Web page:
The Children’s Commissioner has reiterated her message that Jersey’s government MUST eliminate children and young people’s financial barriers to healthcare – and the sooner, the better.
It’s after the government rejected a proposition by Deputy Carina Alves to make GP visits free for the rest of 2020. From 1 January, a scheme will be introduced by the Health Minister to slash fees for ‘financially vulnerable’ patients.
It’s not yet known which groups that scheme will include.
Deborah McMillan says she was actually quite pleased about the debate because most politicians spoke knowledgeably about children’s rights and they made a political decision, whilst knowing the position.
“Human rights experts have looked at the health system in Jersey and have said, quite clearly, it is not compliant with children’s rights. That’s the baseline position.
“I’m pleased that the (Health) Minister has said that he will lodge a proposition in September. In law, he must consult with me on that proposition so I look forward to seeing that and we’ll see what they come back with in September.”
The Commissioner says she will continue lobbying for young people in Jersey to make sure the island’s health system becomes compliant with human rights – and that her report to the United Nations this November will make that clear.
@SamMezecJsy asked me to carry out a review of legislation. After a years work, human rights experts report that health services fail to meet the requirements of the UNCRC. This will be in my report to the United Nations in November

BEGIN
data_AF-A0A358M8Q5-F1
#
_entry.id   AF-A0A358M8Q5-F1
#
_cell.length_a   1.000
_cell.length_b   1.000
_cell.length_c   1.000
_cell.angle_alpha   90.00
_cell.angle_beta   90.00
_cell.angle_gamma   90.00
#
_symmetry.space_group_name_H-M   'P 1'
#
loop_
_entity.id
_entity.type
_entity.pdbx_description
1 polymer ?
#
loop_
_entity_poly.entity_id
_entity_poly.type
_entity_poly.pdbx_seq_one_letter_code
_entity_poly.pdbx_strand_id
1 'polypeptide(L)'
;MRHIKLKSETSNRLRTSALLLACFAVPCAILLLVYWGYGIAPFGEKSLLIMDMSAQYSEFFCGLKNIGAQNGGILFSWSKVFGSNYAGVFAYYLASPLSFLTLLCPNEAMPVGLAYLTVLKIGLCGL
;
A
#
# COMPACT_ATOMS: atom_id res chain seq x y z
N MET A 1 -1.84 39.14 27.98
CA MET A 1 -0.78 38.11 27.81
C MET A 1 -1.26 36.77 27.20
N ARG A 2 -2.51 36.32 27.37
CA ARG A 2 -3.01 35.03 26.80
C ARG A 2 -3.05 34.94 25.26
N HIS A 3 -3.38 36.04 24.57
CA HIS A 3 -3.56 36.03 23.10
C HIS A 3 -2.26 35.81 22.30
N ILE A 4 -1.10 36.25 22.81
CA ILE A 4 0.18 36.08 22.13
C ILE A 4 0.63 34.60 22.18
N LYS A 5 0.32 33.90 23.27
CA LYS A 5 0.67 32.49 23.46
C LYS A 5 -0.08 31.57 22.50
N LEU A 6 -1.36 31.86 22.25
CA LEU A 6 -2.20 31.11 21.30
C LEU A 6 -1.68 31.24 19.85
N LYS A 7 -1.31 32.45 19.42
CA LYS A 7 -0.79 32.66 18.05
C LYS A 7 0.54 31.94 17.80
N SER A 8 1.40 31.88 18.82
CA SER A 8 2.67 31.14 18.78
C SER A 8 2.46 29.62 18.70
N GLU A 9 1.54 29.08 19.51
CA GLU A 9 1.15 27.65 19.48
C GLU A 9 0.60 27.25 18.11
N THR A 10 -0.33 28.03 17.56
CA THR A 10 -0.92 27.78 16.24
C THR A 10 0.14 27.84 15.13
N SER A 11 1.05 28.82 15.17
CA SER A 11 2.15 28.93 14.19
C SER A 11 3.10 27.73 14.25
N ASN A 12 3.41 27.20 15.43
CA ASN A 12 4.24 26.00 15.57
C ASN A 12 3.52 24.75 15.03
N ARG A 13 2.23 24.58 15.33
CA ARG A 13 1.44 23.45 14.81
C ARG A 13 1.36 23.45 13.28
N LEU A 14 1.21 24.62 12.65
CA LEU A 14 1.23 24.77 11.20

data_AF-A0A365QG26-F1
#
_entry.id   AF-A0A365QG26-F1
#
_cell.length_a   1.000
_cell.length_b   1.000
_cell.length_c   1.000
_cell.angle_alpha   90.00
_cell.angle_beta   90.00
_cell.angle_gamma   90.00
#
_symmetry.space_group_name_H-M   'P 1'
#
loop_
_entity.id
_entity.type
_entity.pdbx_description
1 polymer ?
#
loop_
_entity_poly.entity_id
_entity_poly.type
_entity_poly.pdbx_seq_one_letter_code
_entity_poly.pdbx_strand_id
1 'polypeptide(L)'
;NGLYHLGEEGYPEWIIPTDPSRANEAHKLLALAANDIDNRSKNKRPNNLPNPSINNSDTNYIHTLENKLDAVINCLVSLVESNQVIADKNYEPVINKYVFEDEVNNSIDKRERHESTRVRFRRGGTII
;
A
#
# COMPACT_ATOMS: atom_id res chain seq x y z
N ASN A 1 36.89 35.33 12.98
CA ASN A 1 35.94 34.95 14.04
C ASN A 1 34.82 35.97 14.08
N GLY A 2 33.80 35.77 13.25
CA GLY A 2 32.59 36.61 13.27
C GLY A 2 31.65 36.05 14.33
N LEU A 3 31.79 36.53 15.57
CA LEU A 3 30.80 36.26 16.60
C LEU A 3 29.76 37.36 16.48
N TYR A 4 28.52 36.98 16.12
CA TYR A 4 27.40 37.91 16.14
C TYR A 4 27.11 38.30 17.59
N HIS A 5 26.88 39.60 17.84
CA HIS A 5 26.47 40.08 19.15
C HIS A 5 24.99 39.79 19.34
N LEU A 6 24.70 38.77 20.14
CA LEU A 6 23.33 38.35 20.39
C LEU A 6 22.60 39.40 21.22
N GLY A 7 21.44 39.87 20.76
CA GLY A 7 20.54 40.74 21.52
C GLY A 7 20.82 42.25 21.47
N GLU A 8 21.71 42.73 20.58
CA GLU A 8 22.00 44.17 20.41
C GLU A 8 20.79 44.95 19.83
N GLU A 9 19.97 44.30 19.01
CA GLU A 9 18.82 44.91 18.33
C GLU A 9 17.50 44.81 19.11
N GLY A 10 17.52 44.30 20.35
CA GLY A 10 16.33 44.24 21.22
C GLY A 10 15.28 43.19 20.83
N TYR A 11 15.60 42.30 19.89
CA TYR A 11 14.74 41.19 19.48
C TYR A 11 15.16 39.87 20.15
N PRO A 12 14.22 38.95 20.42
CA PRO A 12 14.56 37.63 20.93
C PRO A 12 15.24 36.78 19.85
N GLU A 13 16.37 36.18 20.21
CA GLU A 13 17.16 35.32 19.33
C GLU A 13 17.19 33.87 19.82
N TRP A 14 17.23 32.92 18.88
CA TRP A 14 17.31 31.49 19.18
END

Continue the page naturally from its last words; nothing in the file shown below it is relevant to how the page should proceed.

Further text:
— Deborah McMillan (@ChildComJersey) July 16, 2020
Prices have been cut during the coronavirus pandemic, but they will go back up from 10 August when the contract between GPs and the Health Department expires.
Many politicians voted against Deputy Alves’ proposition because of the Health Minister’s impending scheme, a warning from the Chief Minister that passing it would delay that scheme and that it would cost around £750,000 to implement.
Ms. McMillan explains what she thinks should be included in the scheme.
“Putting children first, which is the government’s commitment, means putting children’s rights first. Children have the right to access the highest attainable standard of health and the UN is clear that the government must eliminate those financial barriers.
“It must happen. This isn’t about should it happen, it’s about when and the sooner, the better.”